The 2019 Brazilian Cannabis Act (RDC 327) forms the regulatory framework for cannabis-derived medicines produced under the same strict pharmaceutical standards of any other drug. This, according to Jose Bacellar, president and CEO of Verdemed, makes the pharmaceutical-grade designation essential.
Cannabis on clinical trial
Dr. Edimar Bocchi, director of the Heart Failure and Mechanical Devices for Cardiac Insufficiency Nucleus at InCor, will lead the double-blind clinical trial. Over a three-month period, 290 patients will take either a placebo or the CBD extract.
“The objective of the study is to test the hypothesis that cannabidiol can improve the quality of life of patients with long-haul COVID syndrome compared with a 100 mg placebo twice a day,” said Bocchi. “Also, to evaluate the effect of cannabidiol on improving specific symptoms or signs of disease consequent to COVID-19 at three months treatment compared to the placebo.”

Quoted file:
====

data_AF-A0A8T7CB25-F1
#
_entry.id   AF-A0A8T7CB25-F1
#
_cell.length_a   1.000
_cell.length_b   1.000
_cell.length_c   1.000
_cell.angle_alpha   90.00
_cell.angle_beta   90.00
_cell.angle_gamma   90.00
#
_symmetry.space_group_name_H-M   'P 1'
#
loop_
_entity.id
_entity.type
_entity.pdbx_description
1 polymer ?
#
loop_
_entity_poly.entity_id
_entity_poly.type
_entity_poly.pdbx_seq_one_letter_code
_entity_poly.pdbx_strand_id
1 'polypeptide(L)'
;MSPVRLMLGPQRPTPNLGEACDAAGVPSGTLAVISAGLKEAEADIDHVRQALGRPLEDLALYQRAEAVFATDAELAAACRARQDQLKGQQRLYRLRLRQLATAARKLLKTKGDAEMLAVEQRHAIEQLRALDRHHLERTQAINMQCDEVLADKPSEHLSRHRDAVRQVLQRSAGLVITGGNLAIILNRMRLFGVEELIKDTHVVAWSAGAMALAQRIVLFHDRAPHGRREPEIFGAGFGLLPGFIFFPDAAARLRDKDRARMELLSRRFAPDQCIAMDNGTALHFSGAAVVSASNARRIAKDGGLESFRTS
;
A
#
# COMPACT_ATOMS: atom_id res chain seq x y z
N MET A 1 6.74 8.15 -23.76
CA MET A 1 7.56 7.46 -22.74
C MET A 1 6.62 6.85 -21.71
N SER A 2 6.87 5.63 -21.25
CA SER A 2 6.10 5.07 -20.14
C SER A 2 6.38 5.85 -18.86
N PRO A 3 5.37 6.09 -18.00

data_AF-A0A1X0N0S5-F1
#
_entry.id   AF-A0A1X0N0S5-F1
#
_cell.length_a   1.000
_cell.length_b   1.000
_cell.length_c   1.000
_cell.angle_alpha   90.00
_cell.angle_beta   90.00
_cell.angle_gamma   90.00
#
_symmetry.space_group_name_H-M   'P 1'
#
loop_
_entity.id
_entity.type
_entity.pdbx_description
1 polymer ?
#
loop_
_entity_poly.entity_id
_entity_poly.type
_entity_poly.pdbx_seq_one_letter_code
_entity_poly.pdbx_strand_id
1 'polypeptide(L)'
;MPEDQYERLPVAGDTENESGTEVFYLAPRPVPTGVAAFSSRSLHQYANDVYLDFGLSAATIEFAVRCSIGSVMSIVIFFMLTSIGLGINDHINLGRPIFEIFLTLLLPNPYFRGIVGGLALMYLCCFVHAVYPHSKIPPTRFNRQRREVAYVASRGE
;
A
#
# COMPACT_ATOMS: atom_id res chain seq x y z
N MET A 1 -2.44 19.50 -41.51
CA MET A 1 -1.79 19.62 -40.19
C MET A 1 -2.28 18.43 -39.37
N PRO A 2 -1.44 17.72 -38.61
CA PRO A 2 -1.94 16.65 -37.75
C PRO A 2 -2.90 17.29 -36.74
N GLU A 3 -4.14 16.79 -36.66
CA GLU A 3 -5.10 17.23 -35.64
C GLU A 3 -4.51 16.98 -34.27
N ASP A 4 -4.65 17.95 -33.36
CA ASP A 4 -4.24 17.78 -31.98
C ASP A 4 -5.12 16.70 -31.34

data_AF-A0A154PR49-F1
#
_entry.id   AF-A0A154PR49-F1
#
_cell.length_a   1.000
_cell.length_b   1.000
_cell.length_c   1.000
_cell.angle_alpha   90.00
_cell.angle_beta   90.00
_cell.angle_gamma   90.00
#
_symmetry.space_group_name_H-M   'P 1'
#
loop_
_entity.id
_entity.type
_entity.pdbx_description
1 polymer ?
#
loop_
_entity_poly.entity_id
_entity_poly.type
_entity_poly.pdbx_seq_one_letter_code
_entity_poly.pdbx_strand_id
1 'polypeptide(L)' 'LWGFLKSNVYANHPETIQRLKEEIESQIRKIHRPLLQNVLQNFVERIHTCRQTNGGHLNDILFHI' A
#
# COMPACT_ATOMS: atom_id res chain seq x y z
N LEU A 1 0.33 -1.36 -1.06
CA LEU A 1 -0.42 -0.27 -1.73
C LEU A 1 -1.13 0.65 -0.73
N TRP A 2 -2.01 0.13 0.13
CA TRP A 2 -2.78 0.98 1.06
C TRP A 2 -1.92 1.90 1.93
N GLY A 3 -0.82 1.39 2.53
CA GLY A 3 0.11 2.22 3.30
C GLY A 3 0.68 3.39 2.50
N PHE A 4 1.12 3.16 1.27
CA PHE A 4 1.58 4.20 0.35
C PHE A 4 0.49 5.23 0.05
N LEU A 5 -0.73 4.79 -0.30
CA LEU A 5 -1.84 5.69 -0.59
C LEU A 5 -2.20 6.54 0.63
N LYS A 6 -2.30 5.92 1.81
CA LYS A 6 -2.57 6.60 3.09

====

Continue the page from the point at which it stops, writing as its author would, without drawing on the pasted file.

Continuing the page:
While long-haul COVID syndrome is still new, the data about it is both significant and alarming.
By April next year, both Bacellar and Bocchi expect to know — one way or the other — whether Verdemed’s medicinal cannabis improves the quality of life for people with long-haul COVID syndrome.
“This is a very important study, because CBD has never been tested for this purpose.” said Bacellar. “First, we must prove efficacy.”
If they do prove it, Bacellar will submit the findings to ANVISA for scrutiny. The Brazilian public-health agency could ask for further study before validating the Phase 3 trial results.
If ANVISA agrees that the clinical trial successfully proves efficacy, Bacellar said the agency will most certainly demand a Phase 4 clinical trial involving 1,000 patients. Concurrently, Dr. Bocchi would take on the academic work of publishing the study in a medical journal for peer review.
However, the Phase 3 clinical trial would have proved efficacy, which would leave Verdemed free to make a medical claim for the product.
“If we can prove efficacy — that our CBD improves the quality of life for people with long-haul COVID syndrome — then I have a moral obligation to tell people to discuss it with their doctor, because it can help them,” said Bacellar.